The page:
But with Jesus’ response we need to ask when were his disciples to fast, he did say that “the time will come when the bridegroom will be taken from them, and on that day they will fast.” Is he talking of just the day of his crucifixion? The three days in the tomb? He is talking of the ascension, the age of the church.
The picture is of a wedding party that has been interrupted, the bridegroom has left temporarily, but he will return. Therefore, the party is somewhat interrupted, we still have joy because we know the groom; we know we are the bride of Christ, but until he returns, we will practice fasting. Then, upon his return we will sit down at the Kings table for the great wedding banquet.
But for the disciples of John and the Pharisees, fasting was so normal that it was unheard of for anyone who claimed to be spiritual to go without fasting, hence the controversy.
II. The Who and What of Fasting.
First of all what is fasting? Fasting is voluntarily going without food for a set period of time for a particular spiritual purpose. This is different from a hunger strike, a diet to lose weight, a fast for a medical procedure, or loss of appetite due to illness, etc. Fasting is practiced in virtually every religion in the world. Some fasts are total, that is no food or drink except water, then there are radical fasts that include going without water as part of the fast (very dangerous).
Lev 23:26ff the Day of Atonement fast.
Ex 34:28 a supernatural fast, Moses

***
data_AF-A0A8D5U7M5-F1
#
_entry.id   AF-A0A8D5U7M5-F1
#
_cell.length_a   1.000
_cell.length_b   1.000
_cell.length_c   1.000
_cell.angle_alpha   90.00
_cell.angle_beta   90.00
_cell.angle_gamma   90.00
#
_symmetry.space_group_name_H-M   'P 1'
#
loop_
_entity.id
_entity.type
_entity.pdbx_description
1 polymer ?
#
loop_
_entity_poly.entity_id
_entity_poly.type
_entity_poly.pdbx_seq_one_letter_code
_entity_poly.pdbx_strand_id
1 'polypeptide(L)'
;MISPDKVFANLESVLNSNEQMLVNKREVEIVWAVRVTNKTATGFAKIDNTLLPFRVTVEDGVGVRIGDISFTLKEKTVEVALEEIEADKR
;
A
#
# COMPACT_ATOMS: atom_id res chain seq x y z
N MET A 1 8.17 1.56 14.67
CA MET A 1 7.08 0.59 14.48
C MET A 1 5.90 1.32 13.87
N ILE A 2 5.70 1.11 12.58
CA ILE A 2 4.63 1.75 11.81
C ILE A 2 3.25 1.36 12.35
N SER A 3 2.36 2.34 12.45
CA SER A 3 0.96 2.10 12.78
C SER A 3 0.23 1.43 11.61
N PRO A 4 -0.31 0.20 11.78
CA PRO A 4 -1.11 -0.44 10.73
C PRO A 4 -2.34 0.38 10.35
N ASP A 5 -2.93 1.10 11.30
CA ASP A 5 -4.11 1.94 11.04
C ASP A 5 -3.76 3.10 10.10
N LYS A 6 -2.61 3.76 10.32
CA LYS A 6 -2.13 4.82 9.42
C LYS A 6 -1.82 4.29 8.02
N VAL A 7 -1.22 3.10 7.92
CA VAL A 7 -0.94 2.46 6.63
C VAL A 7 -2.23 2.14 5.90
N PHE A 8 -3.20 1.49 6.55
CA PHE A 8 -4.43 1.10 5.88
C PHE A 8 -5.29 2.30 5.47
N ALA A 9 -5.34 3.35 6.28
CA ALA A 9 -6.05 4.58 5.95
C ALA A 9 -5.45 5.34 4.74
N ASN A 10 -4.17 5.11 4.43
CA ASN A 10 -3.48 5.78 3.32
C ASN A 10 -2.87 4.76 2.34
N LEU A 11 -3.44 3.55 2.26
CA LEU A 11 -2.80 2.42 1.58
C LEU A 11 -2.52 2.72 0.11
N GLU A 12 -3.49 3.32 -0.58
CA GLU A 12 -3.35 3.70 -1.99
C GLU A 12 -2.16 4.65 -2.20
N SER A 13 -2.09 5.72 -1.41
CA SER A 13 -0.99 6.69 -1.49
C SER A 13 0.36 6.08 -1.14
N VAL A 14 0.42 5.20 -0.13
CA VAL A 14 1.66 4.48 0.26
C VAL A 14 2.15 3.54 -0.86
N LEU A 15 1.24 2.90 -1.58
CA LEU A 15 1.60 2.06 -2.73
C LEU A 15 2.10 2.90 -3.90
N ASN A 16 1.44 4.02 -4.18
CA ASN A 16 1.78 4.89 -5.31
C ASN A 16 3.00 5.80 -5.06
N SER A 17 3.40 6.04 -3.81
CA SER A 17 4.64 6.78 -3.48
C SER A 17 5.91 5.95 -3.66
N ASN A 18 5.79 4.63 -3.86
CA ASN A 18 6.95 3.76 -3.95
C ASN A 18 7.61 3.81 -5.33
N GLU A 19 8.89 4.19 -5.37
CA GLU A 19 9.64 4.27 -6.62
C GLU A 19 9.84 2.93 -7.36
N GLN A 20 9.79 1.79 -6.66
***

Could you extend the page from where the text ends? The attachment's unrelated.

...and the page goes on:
Psalm 69:9-10 David
Esther 4:15-16 2Chron 20:1-4
Matt 4:1-4; Lk. 2:36ff; Acts 13:1-3
III .To Fast or Not To Fast
Mark 2:18-22 implies his disciples will fast.
Matt 6:16-18 certainly states his followers will fast and gives guidelines for proper fasting. Acts 13:1-3;
Contra: 1Tim4:1-5; Col 2:20-23; Rom 14:3-6; 1Cor 8:8 (these vss interpreted wrongly by some to say no fasting)
IV. The Why of Fasting, or, a Theology for Fasting
1. What are we hungry for? Do we love the gift or the Giver of gifts more? Fasting helps us focus on God. Our greatest adversaries are not always the demons, not lost people, not evil governments, not the devil; sometimes the greatest temptations are God’s gifts and benefits to his people.
2. Are our spiritual senses deadened and dulled by our full stomachs and lives? Does our prosperity rob us of a hunger for heaven? Psa63, 42; Matt 4:4; Deut 8:3; John 4:31-38;
3. Do we love the Reality that the emblem of bread points to more than we love the bread? John 6:35; Lk 22:19ff
Read Piper p 23.
V. How To Fast.
Many cannot give up food for the medicine they must take. Try giving up something else, TV comes to mind. Food was about the only leisure or pleasure they had back then, we live in a day of multitudes of pleasures.
The key is what are your motives? It is not done to impress or bribe God into doing what you think is His will. The key is to do it as an act of worship, seeking God’s guidance and seeking to know God. It is a retreat from the things of this world for a season to seek the greater reality of God and his kingdom. Self control and discipline are certainly part of fasting but not the primary reason (else that would be asceticism) self control and discipline are tools for living a holy life for God’s pleasure, for seeking God. Fasting is a tool, it is not the big key to living a superspiritual life. There is certainly no room for pride in fasting, throwing a guilt trip on others.
I am a novice at fasting, a beginner. But God has my attention in this regard now. I am interested in doing anything biblical to seek God and his glory. I am interested in joining my saviour in suffering, in picking up my cross daily and following Him. Fasting may be a tool that I need.Read Full Post | Make a Comment ( None so far )